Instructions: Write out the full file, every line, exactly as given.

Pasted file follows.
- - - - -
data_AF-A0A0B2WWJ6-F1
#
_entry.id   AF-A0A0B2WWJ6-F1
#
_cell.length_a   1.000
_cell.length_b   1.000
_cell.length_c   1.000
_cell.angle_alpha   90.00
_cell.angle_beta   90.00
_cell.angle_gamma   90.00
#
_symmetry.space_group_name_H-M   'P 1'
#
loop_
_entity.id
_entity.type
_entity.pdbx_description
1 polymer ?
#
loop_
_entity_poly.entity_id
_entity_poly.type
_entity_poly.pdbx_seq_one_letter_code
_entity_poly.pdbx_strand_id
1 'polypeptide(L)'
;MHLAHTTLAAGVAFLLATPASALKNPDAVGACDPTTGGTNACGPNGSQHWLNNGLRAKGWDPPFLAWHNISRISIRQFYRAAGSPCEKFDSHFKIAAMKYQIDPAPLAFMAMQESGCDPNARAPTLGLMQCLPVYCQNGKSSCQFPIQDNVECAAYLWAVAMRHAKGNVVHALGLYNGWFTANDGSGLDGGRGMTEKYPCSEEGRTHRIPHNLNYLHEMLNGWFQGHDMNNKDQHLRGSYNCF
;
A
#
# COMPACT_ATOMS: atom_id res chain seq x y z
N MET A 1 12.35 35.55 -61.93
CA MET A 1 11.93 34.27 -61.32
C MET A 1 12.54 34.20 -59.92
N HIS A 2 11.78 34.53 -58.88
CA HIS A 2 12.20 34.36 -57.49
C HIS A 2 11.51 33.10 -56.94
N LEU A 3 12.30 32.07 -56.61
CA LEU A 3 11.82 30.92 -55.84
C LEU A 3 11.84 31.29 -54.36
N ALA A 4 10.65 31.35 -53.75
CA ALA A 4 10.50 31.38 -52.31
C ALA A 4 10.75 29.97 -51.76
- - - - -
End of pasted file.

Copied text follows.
data_AF-A0A0B2WWJ6-F1
#
_entry.id   AF-A0A0B2WWJ6-F1
#
_cell.length_a   1.000
_cell.length_b   1.000
_cell.length_c   1.000
_cell.angle_alpha   90.00
_cell.angle_beta   90.00
_cell.angle_gamma   90.00
#
_symmetry.space_group_name_H-M   'P 1'
#
loop_
_entity.id
_entity.type
_entity.pdbx_description
1 polymer ?
#
loop_
_entity_poly.entity_id
_entity_poly.type
_entity_poly.pdbx_seq_one_letter_code
_entity_poly.pdbx_strand_id
1 'polypeptide(L)'
;MHLAHTTLAAGVAFLLATPASALKNPDAVGACDPTTGGTNACGPNGSQHWLNNGLRAKGWDPPFLAWHNISRISIRQFYRAAGSPCEKFDSHFKIAAMKYQIDPAPLAFMAMQESGCDPNARAPTLGLMQCLPVYCQNGKSSCQFPIQDNVECAAYLWAVAMRHAKGNVVHALGLYNGWFTANDGSGLDGGRGMTEKYPCSEEGRTHRIPHNLNYLHEMLNGWFQGHDMNNKDQHLRGSYNCF
;
A
#
# COMPACT_ATOMS: atom_id res chain seq x y z
N MET A 1 12.35 35.55 -61.93
CA MET A 1 11.93 34.27 -61.32
C MET A 1 12.54 34.20 -59.92
N HIS A 2 11.78 34.53 -58.88
CA HIS A 2 12.20 34.36 -57.49
C HIS A 2 11.51 33.10 -56.94
N LEU A 3 12.30 32.07 -56.61
CA LEU A 3 11.82 30.92 -55.84
C LEU A 3 11.84 31.29 -54.36
N ALA A 4 10.65 31.35 -53.75
CA ALA A 4 10.50 31.38 -52.31
C ALA A 4 10.75 29.97 -51.76